A new method of detecting bowel cancer is currently being trialled by scientists in the UK. This new procedure could diagnose patients with the use of a simple blood sample as opposed to invasive procures such as colonoscopy – the insertion and examination of the bowel using a flexible tube – a method which proves risks of heavy bleeding or perforation of the bowel.
Experts are saying that this new technique is nothing other than a finger-prick drop of blood on a piece of paper and could revolutionise bowel cancer screening and diagnosis, picking the disease up much sooner and increasing the chances of survival while sparing patients of the invasive colonoscopy procedure.
The new test looks for certain molecules in the blood, known as biomarkers – released by cancer cells, as well as looking for chemicals that are produced by tumours. These chemicals change the way the body absorbs nutrients from food inside the gut and as a result can affect the body’s use of proteins and carbohydrates, and this can be detected in the blood sample.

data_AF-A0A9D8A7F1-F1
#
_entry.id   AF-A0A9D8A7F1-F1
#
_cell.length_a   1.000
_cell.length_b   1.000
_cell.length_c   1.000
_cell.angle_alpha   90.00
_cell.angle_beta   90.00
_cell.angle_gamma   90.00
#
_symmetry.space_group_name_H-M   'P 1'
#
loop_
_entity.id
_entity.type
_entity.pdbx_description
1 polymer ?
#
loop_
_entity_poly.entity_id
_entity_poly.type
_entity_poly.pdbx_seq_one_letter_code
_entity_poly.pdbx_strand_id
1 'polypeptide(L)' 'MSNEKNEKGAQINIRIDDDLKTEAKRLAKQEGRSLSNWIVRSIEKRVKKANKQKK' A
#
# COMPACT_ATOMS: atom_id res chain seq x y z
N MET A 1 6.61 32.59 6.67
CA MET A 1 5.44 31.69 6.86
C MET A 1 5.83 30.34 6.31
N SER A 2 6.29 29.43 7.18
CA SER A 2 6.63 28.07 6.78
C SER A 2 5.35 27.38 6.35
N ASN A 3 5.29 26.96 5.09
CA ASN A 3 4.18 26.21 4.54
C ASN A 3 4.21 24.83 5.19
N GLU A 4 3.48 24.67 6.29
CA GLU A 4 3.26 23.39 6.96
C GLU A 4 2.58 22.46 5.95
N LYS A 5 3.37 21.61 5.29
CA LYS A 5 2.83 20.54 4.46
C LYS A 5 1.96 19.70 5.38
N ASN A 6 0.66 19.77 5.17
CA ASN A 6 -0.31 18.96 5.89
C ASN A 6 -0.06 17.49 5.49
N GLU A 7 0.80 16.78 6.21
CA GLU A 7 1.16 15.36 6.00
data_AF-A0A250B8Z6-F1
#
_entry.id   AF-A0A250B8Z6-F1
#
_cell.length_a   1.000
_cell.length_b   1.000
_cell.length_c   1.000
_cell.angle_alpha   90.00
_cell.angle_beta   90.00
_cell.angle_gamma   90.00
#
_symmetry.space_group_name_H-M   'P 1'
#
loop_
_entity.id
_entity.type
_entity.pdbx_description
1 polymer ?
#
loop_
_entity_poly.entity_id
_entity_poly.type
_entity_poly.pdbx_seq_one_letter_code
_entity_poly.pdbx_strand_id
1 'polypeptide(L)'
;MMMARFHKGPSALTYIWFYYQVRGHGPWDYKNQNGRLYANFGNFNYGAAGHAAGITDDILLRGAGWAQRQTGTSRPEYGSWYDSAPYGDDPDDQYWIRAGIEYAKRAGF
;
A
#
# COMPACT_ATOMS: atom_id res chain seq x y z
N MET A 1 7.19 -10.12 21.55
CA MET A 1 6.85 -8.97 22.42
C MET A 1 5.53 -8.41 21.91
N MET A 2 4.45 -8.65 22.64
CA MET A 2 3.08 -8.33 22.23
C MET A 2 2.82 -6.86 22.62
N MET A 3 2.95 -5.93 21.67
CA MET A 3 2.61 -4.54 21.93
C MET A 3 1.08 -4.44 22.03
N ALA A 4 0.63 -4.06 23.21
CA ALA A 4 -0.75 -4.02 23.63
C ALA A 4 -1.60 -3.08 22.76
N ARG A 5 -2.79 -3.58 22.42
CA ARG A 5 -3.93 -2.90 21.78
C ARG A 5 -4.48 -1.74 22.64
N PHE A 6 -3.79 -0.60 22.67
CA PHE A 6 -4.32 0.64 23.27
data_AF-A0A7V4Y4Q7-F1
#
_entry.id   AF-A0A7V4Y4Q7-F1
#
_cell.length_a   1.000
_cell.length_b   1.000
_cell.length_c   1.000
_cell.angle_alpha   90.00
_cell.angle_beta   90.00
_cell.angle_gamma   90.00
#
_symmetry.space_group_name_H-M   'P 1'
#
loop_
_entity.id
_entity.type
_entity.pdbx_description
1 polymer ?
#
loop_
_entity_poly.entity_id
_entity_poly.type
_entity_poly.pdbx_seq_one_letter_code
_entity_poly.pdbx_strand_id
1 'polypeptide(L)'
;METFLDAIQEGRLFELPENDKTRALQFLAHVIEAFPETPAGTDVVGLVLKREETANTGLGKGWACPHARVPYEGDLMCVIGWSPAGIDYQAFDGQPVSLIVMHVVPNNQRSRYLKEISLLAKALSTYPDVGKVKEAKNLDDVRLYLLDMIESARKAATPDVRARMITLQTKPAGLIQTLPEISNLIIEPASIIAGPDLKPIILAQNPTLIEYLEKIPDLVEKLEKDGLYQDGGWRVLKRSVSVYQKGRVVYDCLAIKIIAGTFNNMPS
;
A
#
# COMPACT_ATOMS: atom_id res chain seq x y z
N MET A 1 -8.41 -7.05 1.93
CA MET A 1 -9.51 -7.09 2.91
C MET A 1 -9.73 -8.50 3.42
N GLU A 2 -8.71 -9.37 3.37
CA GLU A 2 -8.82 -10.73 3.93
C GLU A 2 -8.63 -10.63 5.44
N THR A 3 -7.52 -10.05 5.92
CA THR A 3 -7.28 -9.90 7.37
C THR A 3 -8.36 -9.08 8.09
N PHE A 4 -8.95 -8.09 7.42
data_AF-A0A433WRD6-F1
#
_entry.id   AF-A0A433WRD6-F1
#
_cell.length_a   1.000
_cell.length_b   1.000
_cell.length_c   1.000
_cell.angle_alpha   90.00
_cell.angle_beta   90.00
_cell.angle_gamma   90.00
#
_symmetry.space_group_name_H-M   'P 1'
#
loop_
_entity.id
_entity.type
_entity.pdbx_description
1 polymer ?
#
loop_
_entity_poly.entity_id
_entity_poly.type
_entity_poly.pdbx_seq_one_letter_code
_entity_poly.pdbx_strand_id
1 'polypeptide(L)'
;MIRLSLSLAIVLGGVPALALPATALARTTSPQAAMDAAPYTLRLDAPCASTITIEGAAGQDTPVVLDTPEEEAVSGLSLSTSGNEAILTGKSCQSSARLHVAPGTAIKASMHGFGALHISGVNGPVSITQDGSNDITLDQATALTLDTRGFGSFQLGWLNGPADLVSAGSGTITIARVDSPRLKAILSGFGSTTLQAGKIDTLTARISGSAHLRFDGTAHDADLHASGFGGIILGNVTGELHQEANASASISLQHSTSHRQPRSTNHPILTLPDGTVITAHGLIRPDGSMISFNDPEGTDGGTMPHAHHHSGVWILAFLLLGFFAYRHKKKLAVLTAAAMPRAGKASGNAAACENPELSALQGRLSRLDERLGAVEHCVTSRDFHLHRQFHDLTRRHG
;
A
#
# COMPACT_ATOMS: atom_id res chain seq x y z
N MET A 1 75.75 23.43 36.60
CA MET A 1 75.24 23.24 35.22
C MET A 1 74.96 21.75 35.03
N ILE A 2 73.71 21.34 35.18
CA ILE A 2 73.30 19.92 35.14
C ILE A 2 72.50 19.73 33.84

Giving results within 24 hours, the test measures 30 to 40 markers that are most likely to signify bowel cancer. Earlier studies show its accuracy is comparable to the common stool test, detecting 87% of colorectal cancers, used to identify bowel cancer when a patient is experiencing issues with their bowel movements. The blood test also detects 83% of polyps, small growths on the inner lining of the colon, which can grow into cancer and need removing, whereas a stool test is known to only detect 42% of these growths.
The trial of this new method of detecting bowel cancer in its early stages, will collect 660 blood samples from GP referred patients after receiving a positive screening test result. Following the trial, the new blood test could be used in widespread screening programmes, allowing doctors to identify the signs of cancer, or the potential components that can cause cancer.
Around 41,000 British people are diagnosed with bowel cancer every year, making it the UK’s second biggest cancer killed.
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